This year I did not work at all and so I will not have any tax returns to file. How then do I apply for financial aid and how can it affect my aid? I’ve have had aid for the previous couple of years.
Hi, I am having a problem with FASFA. I submitted my form online, and imported my tax return from 2010, as requested. However, last year I worked full time and went to school at night. This year I go to school full time and work part time. My financial situation has completly changed. What types of documents can I show FASFA that they would consider to be a current reflection of my financial situation?
Thanks for the question, Kristy! This is a fairly common question, and one that you should be able to resolve without too much trouble.
We’ve made it to October, which means it’s once again time for College Money Insider’s monthly list of scholarship deadlines. It may not be the traditional time of year to apply for scholarships, but if you look hard enough, there are some great opportunities available year-round. And the time is ALWAYS right to get some extra cash for college.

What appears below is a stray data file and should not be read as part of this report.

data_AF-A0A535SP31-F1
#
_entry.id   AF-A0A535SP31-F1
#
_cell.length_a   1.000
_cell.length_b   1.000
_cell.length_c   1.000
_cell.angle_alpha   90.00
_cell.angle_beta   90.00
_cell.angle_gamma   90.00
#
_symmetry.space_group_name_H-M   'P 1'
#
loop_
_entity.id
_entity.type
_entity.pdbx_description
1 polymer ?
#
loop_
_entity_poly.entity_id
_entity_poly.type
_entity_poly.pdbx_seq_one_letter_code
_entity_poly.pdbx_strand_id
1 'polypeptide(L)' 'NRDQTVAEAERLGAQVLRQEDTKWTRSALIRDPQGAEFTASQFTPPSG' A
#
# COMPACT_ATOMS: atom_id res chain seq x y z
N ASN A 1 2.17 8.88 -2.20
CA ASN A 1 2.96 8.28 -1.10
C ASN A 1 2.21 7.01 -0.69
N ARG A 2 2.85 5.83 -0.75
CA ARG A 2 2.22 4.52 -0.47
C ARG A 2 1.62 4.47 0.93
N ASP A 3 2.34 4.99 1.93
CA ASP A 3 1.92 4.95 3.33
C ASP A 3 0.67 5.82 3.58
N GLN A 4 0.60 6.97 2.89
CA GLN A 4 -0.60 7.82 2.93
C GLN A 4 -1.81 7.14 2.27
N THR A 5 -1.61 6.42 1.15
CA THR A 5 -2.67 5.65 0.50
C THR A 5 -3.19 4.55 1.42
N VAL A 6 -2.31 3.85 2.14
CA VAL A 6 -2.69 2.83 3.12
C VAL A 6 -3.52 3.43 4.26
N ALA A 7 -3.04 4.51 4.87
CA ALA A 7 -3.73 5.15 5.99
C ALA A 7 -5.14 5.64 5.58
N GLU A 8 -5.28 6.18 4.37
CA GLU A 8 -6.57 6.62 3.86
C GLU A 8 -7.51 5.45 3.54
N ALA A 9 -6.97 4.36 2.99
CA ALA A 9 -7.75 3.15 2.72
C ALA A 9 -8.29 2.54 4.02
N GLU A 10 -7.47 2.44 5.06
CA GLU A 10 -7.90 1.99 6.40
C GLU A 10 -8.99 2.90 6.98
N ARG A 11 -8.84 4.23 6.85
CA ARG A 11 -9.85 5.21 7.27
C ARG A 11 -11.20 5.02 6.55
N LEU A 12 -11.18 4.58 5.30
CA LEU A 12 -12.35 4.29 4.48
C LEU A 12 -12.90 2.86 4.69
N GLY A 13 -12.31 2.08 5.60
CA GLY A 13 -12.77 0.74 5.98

To receive a monthly list of upcoming scholarship deadlines right in your inbox, as well as our other financial aid advice and tips, subscribe to College Money Insider here – it’s free!
Now let’s get right to the details of this month’s scholarships…
Today’s guest post is written by Overture Technologies’ Ben Carey. Ben is a 22 year veteran of the student lending industry and the father of a college student. Check out our Resources section to learn more about the differences between PLUS and Private Student Loans.
So, your child has done her part: Great grades, strong SAT’s, taken pretty much every AP course in high school, two sport athlete…Top 5% of her graduating class!
I have Good News and Bad News:
Good News…She has been accepted into the school of her dreams!
Bad News…The four year price tag has you thinking outside your comfort zone!?
The ball is in YOUR court!
Earlier this week, the Federal Reserve announced “Operation Twist” in an attempt to drive down interest rates to spur borrowing and grow the economy. The new measures are mostly targeted at decreasing long-term interest rates, with a priority being the rates for mortgages. However, they could also have some effects on the student loan market, particularly private student loans.
So what changes can you expect to see on your private loans? Unfortunately, the short answer is likely “not many,” as private loan rates are already at a low level. The situation is actually quite similar to that for consumer credit. As USA Today explains: